S3 Science Field Trip

HKSTP: Robo Workshop & The Green Trail

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Overview

For the end-of-year Science field trip, the S3s visited the Hong Kong Science and Technology Parks Corporation (HKSTP). Our cohort was separated into two large groups, one taking part in the Robo Workshop and the other exploring the Green Trail.

The Robo Workshop gave us an opportunity to refresh our ICT skills and also gain exposure on certain concepts in mechanics.  The objective of the workshop was to design a spinner that would spin the longest, which involved attaching a motor to a spinner, and programming the motor to make the spinner spin.

The Green Trail showcased many different forms of technology and architectural designs that were eco-friendly and helped conserve energy. Most of the buildings were designed to reduce the usage of air-conditioning and electricity for lights. 

Robo Workshop

By Spencer Chan (S3S)  and Phoenix Lam (S3M)

In this hands-on workshop, we first learnt about axles, gears and gear ratio, how they play an integral part in the construction of a motor and how the motor works.   

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Next, we proceeded with constructing a motor and a prototype spinner using lego pieces, following the instructions from a manual on the laptop. We learnt about the role of motion sensors attached to the motor, with each motion sensor comprising infrared sensors to help detect motion. Then, we used the  programming software Scratch, which we had prior experience in lower secondary, to program the motor to carry out its task of initiating the spinning motion of the spinner once attached. The motor was programmed with a set of instructions which enabled it to spin when the distance detected by the motion sensor was smaller than a specific length. As a result, the motor was started when the spinner attached to it was close to a plane surface. It would allow the the spinner to spin at a constant initial speed once released, so now the design of spinner and the environment (e.g. wind) surrounding the spinner are the only factors which will affect the time the spinner takes to spin after release.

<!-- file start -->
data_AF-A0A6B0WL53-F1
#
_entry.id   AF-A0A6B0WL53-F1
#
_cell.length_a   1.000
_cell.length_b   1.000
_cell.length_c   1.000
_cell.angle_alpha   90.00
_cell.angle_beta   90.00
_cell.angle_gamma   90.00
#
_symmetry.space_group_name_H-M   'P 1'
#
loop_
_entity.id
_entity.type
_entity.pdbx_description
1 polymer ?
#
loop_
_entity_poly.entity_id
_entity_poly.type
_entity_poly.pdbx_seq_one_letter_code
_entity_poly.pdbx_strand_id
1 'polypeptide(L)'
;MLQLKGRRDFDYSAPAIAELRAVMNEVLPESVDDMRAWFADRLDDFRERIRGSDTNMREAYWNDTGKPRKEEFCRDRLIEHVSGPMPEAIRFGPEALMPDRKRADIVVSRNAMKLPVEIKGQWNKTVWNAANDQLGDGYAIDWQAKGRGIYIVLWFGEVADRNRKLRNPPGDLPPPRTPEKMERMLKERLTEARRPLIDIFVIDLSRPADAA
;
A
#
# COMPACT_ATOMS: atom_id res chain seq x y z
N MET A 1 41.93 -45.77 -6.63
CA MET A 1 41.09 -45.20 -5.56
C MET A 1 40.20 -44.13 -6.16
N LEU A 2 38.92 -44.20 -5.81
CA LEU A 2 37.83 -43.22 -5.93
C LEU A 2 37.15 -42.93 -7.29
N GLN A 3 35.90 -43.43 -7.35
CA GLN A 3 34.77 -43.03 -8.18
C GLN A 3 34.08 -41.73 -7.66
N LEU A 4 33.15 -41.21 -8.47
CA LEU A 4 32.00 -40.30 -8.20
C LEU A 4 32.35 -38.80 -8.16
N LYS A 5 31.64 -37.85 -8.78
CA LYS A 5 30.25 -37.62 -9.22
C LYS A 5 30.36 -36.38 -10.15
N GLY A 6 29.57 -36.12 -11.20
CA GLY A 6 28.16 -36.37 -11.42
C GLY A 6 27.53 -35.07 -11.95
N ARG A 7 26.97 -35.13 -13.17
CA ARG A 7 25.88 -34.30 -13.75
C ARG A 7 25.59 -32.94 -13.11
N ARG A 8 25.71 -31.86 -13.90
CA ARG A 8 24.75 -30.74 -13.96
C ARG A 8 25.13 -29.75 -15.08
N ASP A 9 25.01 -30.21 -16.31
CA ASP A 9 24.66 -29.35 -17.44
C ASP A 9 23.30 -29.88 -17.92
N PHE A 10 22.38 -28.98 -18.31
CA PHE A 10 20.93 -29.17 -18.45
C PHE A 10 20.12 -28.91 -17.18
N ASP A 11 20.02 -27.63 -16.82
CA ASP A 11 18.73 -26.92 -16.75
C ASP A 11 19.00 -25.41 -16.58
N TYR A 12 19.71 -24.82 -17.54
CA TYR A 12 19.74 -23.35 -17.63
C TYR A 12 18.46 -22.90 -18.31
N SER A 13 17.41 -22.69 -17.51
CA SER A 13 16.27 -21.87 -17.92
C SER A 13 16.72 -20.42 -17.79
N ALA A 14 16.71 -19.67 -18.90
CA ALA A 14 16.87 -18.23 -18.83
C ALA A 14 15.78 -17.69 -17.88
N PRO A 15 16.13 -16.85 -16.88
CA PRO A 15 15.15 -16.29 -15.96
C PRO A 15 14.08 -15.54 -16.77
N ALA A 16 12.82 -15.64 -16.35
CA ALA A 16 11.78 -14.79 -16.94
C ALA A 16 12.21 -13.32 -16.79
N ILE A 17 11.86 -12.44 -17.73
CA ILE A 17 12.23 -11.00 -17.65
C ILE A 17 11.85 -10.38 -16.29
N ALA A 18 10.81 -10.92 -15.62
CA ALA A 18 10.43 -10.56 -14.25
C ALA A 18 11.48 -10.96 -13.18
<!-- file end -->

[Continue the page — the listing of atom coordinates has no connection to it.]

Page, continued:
Our next task was to redesign the prototype spinner with the aim to make the spinner last as long as possible (>60 seconds), with the instructor starting us off with ideas on how to make alterations to the structure. These hints included whether the spinner had structures with corners or is round (which will affect air resistance) as well as the weight distribution of the spinner (which affects the centre of gravity thus the stability of the spinner). After redesigning the spinner, we had a mini inter-group competition to see which group’s spinner could spin the longest. A group of boys won the competition using their flat and symmetrical spinner which had a low and concentrated centre of gravity. It can therefore be concluded that the stability of the spinner is directly influenced by the weight distribution and the shape of it. Though our batch of students did not break the record of 64 seconds, we came close and the instructor closed off the workshop by showing the original spinner which made the record, explaining to us that a heavy spinner with a rounded middle (e.g. a tyre inserted through an axle) would a) increase stability of the spinner when spinning since it has a lower centre of gravity, and b) minimise air resistance.